“A reading of the above section shows that if the assessing officer proposes to make, on or after 01.10.2009, any variation in the income or loss returned by an assessee, then, notwithstanding anything to the contrary contained in the Act, he shall first pass a draft assessment order, forward it to the assessee and after the assessee files his objections, if any, the assessing officer shall complete assessment within one month. The assessee is also given an option to file objections before the Dispute Resolution Panel in which event the latter can issue directions for the guidance of the Assessing Officer to enable him to complete the assessment.

In the case of the petitioner, admittedly the TPO suggested an adjustment of Rs.52.14 crores u/s.92CA of the Act on

20.09.2011 and forwarded it to the Assessing Officer and to the assessee under sub-section (3) thereof. The assessing officer accepted the variation submitted by the TPO without giving the petitioner any opportunity to object to it and passed the impugned assessment order. As this has occurred after 01.10.2009, the cut off date prescribed in sub-section (1) of S.144C, the Assessing Officer is mandated to first pass a draft assessment order, communicate it to the assessee, hear his objections and then complete assessment. Admittedly, this has not been done and the respondent has passed a final assessment order dated 22.12.2011 straight away. Therefore, the impugned order of assessment is clearly contrary to S.144C of the Act and is without jurisdiction, null and void.

The contention of the Revenue that the circular No.5/2010 of the CBDT has clarified that the provisions of S.144C shall not apply for the assessment year 2008-09 and would apply only from the assessment year 2010-2011 and later years is not tenable in as much as the language of Subsection (1) of Section 144C referring to the cut off date of 01.10.2009 indicates an intention of the legislature to make it applicable, if there is a proposal by the Assessing Officer to make a variation in the income or loss returned by the assessee which is prejudicial to the assessee, after 01.10.2009. Therefore, this particular provision introduced by Finance (No.2) Act, 2009, would apply if the above condition is satisfied and other provisions, in which similar contrary intention is not indicated, which were introduced by the said enactment, would apply from 01.04.2009 i.e., from the assessment year 2010-2011.

It is not disputed that the memorandum explaining the Finance Bill and the Notes and clauses accompanying the Finance Bill which preceded the Finance (No.2) Act, 2009 clearly indicated that the amendments relating to S.144C would take effect from 01.10.2009. In our view, the circular No.5/2010 issued by the CBDT stating that S.144C(1) would apply only from the assessment year 2010-2011 and subsequent years and not for the assessment year 2008-09 is contrary to the express language in S.144C(1) and the said view of the Revenue is unacceptable. The circular may represent only the understanding of the Board/Central Government of the statutory provisions, but it will not bind this Court or the Supreme Court. It cannot interfere with the jurisdiction and power of this Court to declare what the legislature says and take a view contrary to that declared in the circular of the CBDT (Ratan Melting and Wire Industries Case (1 Supra), Indra Industries (2 supra). The Revenue has not been able to pursuade us to take a contra view by citing any authority.

In this view of the matter, we are of the view that the impugned order of assessment dated 23.12.2011 passed by the respondent is contrary to the mandatory provisions of S.144C of the Act and is passed in violation thereof. Therefore, it is declared as one without jurisdiction, null and void and unenforceable. Consequently, the demand notice dated 23.12.2011 issued by the respondent is set aside.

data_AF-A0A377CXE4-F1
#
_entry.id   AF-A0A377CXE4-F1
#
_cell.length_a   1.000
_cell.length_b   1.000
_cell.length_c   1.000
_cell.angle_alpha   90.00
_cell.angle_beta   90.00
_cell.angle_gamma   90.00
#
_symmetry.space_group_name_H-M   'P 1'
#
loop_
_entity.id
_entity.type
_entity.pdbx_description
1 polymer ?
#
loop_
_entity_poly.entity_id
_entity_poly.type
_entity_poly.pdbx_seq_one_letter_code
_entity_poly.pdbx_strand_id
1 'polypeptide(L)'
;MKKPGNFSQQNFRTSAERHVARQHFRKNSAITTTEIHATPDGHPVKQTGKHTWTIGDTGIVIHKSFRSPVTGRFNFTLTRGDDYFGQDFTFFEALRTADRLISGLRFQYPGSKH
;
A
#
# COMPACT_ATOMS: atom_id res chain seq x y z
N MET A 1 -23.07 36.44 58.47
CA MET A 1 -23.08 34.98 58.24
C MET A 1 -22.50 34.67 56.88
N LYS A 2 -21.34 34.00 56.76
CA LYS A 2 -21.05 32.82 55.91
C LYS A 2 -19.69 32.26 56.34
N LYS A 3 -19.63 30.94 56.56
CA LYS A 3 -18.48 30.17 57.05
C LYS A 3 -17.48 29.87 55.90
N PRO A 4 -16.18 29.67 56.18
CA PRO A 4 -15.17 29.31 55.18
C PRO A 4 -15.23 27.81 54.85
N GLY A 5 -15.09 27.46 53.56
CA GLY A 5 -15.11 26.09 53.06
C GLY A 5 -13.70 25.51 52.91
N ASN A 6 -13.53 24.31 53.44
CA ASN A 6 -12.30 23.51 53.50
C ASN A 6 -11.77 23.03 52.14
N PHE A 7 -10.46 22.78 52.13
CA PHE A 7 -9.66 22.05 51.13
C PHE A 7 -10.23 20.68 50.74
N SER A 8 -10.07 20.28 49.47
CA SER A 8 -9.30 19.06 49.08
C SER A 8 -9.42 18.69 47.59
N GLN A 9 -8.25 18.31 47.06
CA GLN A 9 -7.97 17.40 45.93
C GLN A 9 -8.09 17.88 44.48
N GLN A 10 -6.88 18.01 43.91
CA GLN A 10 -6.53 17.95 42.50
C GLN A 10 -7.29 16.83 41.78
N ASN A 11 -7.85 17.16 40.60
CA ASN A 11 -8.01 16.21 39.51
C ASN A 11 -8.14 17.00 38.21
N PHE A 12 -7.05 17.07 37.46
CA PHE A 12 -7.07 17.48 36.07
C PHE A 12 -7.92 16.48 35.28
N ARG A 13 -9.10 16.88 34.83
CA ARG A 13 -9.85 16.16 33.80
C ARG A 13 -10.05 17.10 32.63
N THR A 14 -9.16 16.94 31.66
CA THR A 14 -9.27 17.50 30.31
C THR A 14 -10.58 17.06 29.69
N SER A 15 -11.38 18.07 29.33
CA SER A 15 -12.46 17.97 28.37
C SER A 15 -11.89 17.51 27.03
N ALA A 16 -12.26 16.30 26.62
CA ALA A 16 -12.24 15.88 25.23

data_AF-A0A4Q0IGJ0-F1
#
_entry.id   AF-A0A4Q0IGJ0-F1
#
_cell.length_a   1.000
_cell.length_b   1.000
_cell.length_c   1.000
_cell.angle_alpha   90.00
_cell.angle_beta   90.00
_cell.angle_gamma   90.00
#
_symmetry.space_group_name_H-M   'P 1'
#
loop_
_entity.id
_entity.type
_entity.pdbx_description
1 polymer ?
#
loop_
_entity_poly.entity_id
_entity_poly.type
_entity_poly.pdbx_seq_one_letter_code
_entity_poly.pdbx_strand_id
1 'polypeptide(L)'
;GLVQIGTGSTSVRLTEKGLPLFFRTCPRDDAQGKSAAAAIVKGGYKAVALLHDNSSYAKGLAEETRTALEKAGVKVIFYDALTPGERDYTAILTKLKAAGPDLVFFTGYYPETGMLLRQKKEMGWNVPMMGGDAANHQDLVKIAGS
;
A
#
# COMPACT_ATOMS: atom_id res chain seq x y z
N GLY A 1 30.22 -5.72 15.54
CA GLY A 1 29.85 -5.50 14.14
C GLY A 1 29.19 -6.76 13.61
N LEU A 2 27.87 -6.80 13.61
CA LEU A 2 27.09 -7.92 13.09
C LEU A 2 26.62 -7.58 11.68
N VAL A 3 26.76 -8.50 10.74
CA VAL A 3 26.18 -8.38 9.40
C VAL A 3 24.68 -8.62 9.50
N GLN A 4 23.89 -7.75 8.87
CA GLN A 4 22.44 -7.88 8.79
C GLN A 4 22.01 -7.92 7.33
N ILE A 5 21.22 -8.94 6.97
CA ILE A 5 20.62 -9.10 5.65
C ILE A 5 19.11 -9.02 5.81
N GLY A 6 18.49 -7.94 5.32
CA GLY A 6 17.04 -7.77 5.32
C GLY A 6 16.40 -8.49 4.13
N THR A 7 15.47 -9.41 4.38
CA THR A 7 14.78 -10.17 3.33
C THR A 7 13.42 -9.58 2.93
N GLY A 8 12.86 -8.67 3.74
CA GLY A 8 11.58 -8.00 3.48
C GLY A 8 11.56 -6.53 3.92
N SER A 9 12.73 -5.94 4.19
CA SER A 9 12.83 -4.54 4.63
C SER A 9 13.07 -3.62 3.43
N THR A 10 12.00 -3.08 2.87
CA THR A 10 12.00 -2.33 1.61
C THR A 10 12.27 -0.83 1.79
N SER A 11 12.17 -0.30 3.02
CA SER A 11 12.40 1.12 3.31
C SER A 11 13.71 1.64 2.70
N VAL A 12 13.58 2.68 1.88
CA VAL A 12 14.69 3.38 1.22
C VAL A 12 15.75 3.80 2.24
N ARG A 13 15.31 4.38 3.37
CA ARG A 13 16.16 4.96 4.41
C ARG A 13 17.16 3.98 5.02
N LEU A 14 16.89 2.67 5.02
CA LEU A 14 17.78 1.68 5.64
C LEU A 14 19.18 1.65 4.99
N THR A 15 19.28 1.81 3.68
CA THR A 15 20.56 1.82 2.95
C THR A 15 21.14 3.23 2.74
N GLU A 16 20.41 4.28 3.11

As against this order of the Division Bench of the Andhra Pradesh High Court, the Revenue went on appeal before the Honourable Supreme Court. The record of proceedings of the Supreme Court indicate that the Special Leave Petition was dismissed on 27.09.2013.

The decision of the Division Bench of the Andhra Pradesh High Court deals with an identical issue as that of the present case. In this case, against the order passed by the second respondent on 26.03.2013, the petitioner filed objections before the DRP, the first respondent herein and the first respondent refused to entertain it by stating that the order passed by the second respondent is a final order and it had jurisdiction to entertain objections only if it is a draft assessment order. While so, the order dated 26.03.2013 of the second respondent can only be termed as a final order and in such event it is contrary to Section 144C of the Act. As mentioned supra, in and by the order dated 26.03.2013, the second respondent determined the taxable amount and also imposed penalty payable by the petitioner. According to the learned senior counsel for the petitioners, even as on this date, the website of the department indicate the amount determined by the second respondent payable by the company inspite of issuance of the corrigendum on 15.04.2013 as a tax due amount. Thus, while issuing the corrigendum, the second respondent did not even withdraw the taxable amount determined by him or updated the status in the website. In any event, such an order dated 26.03.2013 passed by the second respondent can only be construed as a final order passed in violation of the statutory provisions of the Act. The corrigendum dated 15.04.2013 is also beyond the period prescribed for limitation. Such a defect or failure on the part of the second respondent to adhere to the statutory provisions is not a curable defect by virtue of the corrigendum dated 15.04.2013. By issuing the corrigendum, the respondents cannot be allowed to develop their own case. Therefore, following the order passed by the Division Bench of the Andhra Pradesh High Court, which was also affirmed by the Honourable Supreme Court by dismissing the Special Leave Petition filed thereof, on 27.09.2013, the orders, which are impugned in these writ petitions are liable to be set aside. “